SEOUL, March 9 (Korea Bizwire) — The outbreak of the new coronavirus here may further undermine South Korea’s economic growth if it is lasts for a significant amount of time, reports suggested Monday, while some said the virus may already have nearly halved the country’s economic growth.
“Household spending in Japan and Korea are set to weaken further and slower growth in the U.S. and Europe will add to external headwinds,” S&P Global Ratings said in an article titled “COVID-19 Now Threatens More Damage to Asia-Pacific.”
The credit ratings agency said the economic damage from the virus outbreak may reach as high as US$211 billion in the Asia-Pacific region alone.
“Local coronavirus transmission in Japan and Korea add a new, highly uncertain dimension to problems in these economies … We now anticipate Japan’s economy to contract 0.4 percent and Korea’s growth to slow to 1.1 percent,” the report said.
The 1.1 percent growth estimate marks a sharp, second downward revision by S&P in less than a month, following its downward revision from 2.1 percent to 1.6 percent for South Korea on Feb. 19.
Such an outlook apparently reflects a view the COVID-19 outbreak in China will again limit South Korea’s exports.
Seoul’s outbound shipments dropped for 14 consecutive months between December 2018 and January amid a prolonged slump in global chip prices and the trade dispute between the United States and China — the world’s biggest economies and the largest importers of South Korean goods.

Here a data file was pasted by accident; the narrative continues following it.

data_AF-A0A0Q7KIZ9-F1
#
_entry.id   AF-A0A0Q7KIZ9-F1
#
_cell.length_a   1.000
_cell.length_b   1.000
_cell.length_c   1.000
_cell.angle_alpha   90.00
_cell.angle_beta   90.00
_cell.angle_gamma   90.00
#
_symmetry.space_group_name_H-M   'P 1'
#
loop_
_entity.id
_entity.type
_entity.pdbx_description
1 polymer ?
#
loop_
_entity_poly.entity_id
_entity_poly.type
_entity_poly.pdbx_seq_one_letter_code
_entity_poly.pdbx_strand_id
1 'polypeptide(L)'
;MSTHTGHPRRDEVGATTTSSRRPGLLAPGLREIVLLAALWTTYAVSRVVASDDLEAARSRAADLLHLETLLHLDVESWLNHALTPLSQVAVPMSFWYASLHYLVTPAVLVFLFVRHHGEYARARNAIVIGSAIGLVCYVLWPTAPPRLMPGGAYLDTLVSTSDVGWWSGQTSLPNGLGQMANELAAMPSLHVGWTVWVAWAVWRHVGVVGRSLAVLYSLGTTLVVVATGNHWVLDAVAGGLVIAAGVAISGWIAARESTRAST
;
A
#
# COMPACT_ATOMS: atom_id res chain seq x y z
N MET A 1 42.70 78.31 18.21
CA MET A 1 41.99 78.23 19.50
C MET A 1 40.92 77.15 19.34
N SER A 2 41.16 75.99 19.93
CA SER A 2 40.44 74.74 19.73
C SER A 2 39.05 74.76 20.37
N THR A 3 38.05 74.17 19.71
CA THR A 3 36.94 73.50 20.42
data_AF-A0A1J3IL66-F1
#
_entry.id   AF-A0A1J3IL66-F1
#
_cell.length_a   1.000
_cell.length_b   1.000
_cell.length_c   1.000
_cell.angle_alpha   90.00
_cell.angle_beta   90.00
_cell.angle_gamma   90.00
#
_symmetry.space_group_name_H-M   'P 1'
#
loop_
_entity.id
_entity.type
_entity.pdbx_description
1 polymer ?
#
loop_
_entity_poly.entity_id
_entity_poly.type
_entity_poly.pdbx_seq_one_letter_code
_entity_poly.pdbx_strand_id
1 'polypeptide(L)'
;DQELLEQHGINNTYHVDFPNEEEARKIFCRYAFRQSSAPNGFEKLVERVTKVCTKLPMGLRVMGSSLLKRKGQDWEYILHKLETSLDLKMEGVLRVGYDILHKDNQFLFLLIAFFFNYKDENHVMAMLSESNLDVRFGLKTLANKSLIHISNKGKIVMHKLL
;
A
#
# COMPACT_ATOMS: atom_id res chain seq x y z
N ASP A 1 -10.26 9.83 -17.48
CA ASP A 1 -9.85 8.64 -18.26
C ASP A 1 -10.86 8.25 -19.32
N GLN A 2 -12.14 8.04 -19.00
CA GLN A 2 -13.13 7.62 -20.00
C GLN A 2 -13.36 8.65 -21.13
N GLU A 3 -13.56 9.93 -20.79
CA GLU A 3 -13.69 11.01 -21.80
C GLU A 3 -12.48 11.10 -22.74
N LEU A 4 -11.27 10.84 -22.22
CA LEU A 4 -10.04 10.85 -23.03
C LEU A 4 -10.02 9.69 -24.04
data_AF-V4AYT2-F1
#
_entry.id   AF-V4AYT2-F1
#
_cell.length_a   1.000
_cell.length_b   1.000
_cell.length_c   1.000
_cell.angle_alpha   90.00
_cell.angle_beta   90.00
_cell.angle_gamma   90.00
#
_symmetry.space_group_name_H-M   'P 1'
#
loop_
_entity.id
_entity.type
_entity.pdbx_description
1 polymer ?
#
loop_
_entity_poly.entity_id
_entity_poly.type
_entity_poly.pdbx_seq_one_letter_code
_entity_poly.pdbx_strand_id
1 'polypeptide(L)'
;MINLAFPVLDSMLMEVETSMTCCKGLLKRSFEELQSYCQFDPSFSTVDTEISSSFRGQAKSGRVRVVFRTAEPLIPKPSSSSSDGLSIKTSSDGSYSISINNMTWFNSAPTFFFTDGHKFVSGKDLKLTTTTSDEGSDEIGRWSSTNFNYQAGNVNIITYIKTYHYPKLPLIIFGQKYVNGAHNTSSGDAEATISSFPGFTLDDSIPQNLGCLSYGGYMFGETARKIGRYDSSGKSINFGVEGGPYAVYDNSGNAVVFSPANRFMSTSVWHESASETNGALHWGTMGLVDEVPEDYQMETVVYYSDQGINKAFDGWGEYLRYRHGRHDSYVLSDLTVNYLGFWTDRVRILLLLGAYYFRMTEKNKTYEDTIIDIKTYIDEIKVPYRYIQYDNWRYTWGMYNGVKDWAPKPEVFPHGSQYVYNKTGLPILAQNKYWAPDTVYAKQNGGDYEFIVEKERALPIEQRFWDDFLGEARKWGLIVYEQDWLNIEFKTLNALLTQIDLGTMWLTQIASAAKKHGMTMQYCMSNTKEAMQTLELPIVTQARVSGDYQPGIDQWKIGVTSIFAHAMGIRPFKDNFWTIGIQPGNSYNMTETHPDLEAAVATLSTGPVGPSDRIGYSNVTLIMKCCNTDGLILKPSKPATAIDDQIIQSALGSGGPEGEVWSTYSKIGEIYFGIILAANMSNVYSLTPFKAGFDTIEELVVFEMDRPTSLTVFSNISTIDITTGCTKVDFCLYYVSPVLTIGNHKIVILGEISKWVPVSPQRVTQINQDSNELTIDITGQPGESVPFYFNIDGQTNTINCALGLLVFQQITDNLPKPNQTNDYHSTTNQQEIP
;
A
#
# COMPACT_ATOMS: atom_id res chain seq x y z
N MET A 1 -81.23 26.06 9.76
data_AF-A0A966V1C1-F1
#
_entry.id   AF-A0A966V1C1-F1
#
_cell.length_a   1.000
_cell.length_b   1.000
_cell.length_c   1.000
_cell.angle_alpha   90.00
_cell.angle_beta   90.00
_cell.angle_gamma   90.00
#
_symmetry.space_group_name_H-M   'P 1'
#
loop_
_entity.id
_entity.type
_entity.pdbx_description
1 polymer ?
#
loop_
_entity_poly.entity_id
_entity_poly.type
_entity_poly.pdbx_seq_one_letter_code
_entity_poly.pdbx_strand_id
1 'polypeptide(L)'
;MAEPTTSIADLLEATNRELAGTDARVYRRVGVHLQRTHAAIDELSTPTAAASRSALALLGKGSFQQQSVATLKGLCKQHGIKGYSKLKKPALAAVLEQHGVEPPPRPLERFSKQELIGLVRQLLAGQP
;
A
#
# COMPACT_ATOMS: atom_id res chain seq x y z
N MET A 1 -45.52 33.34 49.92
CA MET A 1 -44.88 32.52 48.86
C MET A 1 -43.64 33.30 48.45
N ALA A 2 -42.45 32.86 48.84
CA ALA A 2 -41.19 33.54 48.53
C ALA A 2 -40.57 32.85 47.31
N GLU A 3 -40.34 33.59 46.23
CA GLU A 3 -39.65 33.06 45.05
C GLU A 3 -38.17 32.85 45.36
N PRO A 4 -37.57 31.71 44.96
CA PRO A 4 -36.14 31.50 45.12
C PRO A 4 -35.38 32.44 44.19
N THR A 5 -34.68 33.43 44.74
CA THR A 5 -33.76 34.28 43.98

Another global ratings agency, Moody’s Investors Service, also reduced its growth outlook for South Korea on Monday to 1.4 percent from the previous 1.9 percent.
It also marked the second downward revision in less than a month. The global ratings agency had slashed its growth estimate for South Korea from 2.1 percent on Feb. 16.
“Since the publication of our last Global Macro Outlook update in mid-February, the coronavirus outbreak has spread rapidly outside China to a number of major economies, including Korea,” Moody’s said in its report, titled Macro Global Outlook, released Monday.
“Previously, we assessed the effects of the virus mainly on aggregate demand in China, global travel and global factory output resulting from disruptions in supply chains through East Asia,” it added.
“It is now clear that the shock will additionally dampen domestic demand globally, which will affect a wide range of non-traded activities across countries and regions simultaneously.”
Many agencies too have cut their growth outlooks for the local economy.
The Bank of Korea has slashed its growth estimate for the local economy to 2.1 percent from the previous 2.3 percent.
Others, however, paint a much gloomier outlook for Asia’s fourth-largest economy.
The Asian Development Bank (ADB) has claimed South Korea’s gross domestic product (GDP) may shrink by up to $16.5 billion this year in the worst possible scenario.
The amount accounts for nearly 1 percent of the country’s GDP. The ADB said the worst possible scenario is when the outbreak lasts more than three months here and causes a downturn in China’s consumption for more than six months.
South Korea has been facing an uphill battle since reporting its first confirmed case on Jan. 20, with the total number of infection cases coming to more than 7,300 as of Sunday.
However, in a possible sign of containment, the number of new infection cases has been on a steady decline recently, falling to below 400 per day for the first time in 11 days on Saturday.